Prime Minister Justin Trudeau denounced the killing of Canadian Robert Hall by a militant group in the Philippines as well as the mass shooting that saw dozens killed at a gay nightclub in Orlando, Fla., on Sunday as "vicious acts of hatred and violence."
The prime minister praised Hall's family for their "strength of character in their resilience" in the face of what he described as a "terrible situation."
"This is a grievous loss for them, and their country mourns with them," Trudeau said in a brief press conference in the foyer of the House of Commons Monday.
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Sources close to the situation in Jolo, the island where the al-Qaeda-linked group is based, and within Philippine security confirmed Hall's death early Monday to CBC News.
President Benigno Aquino released a statement early Tuesday in the Philippines regarding Hall's killing.
"We strongly condemn the brutal and senseless murder of Mr. Robert Hall, a Canadian national, after being held captive by the Abu Sayyaf group in Sulu for the past nine months," Aquino said.
Hall is the second Canadian to die at the hands of the extremist group in recent months after John Ridsdel was beheaded in April. Ridsdel and Hall were abducted last September from a seaside resort, along with Norwegian Kjartan Sekkingstad and Marites Flor, a Filipina national.
Trudeau said he had spoken with Aquino, who offered his condolences for Hall's murder.
"We are more committed than ever to working with the government of the Philippines and international partners to pursue those responsible for these heinous acts and bring them to justice, however long it takes."
Trudeau also talked about Sunday's shooting at a gay nightclub that left 49 club-goers and the shooter dead.
"The appalling attack on the LGBTQ2 community this weekend in Orlando and this news today serve as devastating reminders for all of us that vicious acts of hatred and violence cannot be tolerated in any form," Trudeau said in the foyer of the House of Commons Monday.
"Today, we have lowered the flag on the Peace Tower in solidarity with our friends and family in Orlando," the prime minister said, in his first public remarks on the mass shooting.
"It is with great sadness that the flag flies lowered for yet another sad event as well," he said, in reference to Hall's reported death.
Interim Conservative leader Rona Ambrose, in a written statement, expressed her condolences to Hall's family.
"The threat of radical and barbaric acts of terrorism remains very real. Canada is not immune to the danger presented by global terror networks. We must stand in solidarity not just with the victims but with our allies around the world as we work together to disrupt and destroy these terrorist organizations."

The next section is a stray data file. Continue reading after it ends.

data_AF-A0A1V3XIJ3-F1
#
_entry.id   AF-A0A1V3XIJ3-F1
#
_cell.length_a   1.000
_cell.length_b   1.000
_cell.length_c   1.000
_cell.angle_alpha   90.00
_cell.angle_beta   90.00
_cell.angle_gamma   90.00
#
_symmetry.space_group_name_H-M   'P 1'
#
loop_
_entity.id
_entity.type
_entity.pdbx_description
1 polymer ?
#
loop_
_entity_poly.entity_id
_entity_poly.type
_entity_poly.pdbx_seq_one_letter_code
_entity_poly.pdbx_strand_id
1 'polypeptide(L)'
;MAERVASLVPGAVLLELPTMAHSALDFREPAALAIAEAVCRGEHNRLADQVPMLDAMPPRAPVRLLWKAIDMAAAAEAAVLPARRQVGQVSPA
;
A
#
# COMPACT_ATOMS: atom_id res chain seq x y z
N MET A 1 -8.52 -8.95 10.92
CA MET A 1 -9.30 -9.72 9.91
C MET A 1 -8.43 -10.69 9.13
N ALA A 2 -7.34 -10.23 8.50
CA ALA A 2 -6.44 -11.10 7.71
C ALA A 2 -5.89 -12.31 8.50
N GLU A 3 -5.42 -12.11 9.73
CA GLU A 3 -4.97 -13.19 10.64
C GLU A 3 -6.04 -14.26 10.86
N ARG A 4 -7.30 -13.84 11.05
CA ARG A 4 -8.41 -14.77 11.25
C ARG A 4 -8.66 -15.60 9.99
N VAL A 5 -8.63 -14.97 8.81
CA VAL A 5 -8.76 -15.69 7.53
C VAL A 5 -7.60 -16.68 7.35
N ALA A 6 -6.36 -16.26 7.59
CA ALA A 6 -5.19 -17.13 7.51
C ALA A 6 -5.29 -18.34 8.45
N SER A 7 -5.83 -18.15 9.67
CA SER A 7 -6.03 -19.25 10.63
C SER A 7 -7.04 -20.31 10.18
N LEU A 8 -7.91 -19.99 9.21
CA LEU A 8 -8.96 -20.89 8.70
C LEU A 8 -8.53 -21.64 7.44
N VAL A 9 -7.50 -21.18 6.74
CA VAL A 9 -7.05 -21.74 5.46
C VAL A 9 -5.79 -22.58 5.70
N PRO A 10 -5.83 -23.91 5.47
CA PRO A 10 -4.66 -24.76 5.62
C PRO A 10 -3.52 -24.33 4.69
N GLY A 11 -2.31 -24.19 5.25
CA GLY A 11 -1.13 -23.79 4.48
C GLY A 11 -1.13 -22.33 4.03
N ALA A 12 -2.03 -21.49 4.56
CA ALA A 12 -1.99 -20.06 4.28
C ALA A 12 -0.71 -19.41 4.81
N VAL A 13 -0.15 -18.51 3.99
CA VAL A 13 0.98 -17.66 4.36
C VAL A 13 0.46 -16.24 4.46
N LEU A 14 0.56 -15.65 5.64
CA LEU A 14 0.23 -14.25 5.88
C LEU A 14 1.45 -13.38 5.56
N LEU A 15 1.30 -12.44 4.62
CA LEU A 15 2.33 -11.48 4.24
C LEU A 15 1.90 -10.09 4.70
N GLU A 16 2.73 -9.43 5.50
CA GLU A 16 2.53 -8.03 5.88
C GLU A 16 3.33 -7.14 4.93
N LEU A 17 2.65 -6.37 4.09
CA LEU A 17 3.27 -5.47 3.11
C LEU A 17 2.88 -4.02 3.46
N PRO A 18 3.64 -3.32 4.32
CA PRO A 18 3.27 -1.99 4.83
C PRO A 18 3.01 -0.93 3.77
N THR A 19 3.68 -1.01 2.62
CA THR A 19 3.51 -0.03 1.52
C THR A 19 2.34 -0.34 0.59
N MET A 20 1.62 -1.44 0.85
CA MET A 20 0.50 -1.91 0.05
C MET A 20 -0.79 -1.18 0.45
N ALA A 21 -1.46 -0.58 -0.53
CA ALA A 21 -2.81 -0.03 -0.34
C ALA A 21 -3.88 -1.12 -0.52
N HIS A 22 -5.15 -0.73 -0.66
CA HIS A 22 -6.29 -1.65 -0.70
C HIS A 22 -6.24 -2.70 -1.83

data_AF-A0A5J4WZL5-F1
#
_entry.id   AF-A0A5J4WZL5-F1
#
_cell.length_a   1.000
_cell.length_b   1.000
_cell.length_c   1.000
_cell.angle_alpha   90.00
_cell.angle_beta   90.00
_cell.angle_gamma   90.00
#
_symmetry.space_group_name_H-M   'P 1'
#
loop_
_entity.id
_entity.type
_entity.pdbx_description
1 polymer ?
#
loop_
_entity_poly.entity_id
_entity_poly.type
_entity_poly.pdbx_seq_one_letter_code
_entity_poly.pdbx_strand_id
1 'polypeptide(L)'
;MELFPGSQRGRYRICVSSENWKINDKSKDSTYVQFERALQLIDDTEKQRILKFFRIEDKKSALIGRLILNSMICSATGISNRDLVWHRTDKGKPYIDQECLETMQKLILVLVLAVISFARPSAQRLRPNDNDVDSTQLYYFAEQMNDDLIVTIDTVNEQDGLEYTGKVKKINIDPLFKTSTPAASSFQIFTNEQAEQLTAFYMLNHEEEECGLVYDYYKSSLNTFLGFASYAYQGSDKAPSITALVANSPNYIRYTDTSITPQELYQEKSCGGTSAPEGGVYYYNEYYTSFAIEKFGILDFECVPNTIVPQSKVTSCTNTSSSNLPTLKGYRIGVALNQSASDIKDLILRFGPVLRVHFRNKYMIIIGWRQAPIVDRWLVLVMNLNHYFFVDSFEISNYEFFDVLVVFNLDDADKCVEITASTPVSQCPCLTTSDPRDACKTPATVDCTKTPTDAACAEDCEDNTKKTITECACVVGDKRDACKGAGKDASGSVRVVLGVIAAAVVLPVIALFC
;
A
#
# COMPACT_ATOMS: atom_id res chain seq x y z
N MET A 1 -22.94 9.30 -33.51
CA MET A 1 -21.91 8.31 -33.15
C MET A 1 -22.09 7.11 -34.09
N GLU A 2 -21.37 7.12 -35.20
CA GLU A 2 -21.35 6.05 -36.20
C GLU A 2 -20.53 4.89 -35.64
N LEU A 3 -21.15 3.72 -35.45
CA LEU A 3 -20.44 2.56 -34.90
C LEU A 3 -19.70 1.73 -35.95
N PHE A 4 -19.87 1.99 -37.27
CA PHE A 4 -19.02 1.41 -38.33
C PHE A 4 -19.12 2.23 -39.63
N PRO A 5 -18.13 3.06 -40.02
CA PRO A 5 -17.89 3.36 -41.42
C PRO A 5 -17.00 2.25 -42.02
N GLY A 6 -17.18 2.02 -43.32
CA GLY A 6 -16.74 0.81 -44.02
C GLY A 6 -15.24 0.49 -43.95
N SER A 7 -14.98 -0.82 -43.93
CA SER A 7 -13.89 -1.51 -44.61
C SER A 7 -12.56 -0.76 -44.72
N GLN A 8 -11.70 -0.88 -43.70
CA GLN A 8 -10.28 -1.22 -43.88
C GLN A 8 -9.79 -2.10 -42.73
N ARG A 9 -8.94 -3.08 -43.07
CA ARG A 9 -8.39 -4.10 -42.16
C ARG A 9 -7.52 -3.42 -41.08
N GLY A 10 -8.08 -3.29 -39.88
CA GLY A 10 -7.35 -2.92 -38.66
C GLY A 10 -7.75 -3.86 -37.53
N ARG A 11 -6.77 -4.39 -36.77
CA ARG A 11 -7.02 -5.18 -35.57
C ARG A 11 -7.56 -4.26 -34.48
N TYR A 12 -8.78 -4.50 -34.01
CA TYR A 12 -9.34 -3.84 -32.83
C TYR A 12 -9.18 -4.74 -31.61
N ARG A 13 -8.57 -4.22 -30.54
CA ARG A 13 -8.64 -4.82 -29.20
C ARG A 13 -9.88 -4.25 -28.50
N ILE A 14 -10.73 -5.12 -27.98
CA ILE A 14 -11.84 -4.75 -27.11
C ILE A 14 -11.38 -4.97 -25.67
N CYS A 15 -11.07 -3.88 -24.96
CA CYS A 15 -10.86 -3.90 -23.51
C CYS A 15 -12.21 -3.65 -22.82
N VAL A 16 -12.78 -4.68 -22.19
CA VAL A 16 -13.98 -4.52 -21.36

"We hope you may find comfort in the support of your community and all Canadians in this terrible time," Ambrose said in the statement.
No ransom policy
Trudeau reiterated the Canadian government's policy not to pay ransom to hostage takers.
"We will not turn the maple leaf worn with pride by over 3 million Canadians abroad into targets," Trudeau said.
"Terrorism is a scourge on the world. Too many families have endured the unspeakable grief the Hall family is feeling today because of these senseless acts of hatred," Trudeau said. "On behalf of them and of all Canadians, we mourn their loss and reassert our resolve."
Foreign Affairs Minister Stéphane Dion expressed solidarity with Hall's family and called his death "an awful crime" that would strengthen the resolve of the Canadian government to fight terrorism.
Dion, who was in Montreal for an economic forum, defended the government's policy not to pay ransom to hostage takers.
"When you pay ransom, you give money to these terrorist groups and they will have more resources to continue to perpetrate crimes. So we should not use (...) Canadians' taxpayers' money for such a purpose that is so wrong," Dion said.
"It's very, very difficult but the policy is the right one."
Citing security concerns, Dion declined to comment on Canada's involvement with the government of the Philippines and international allies.
"Other hostages are at stake," he said.
According to CBC News correspondent Sasa Petricic, Canada did not negotiate with the group, but lent assistance to the Philippine military, which has carried out operations against the group in recent weeks.
"We are told by the Philippine military that, in fact, it had at least a couple of the Canadian military who were assisting — not on the ground, not on the front lines — but assisting as consultants with the Philippine government," Petricic said from Manila.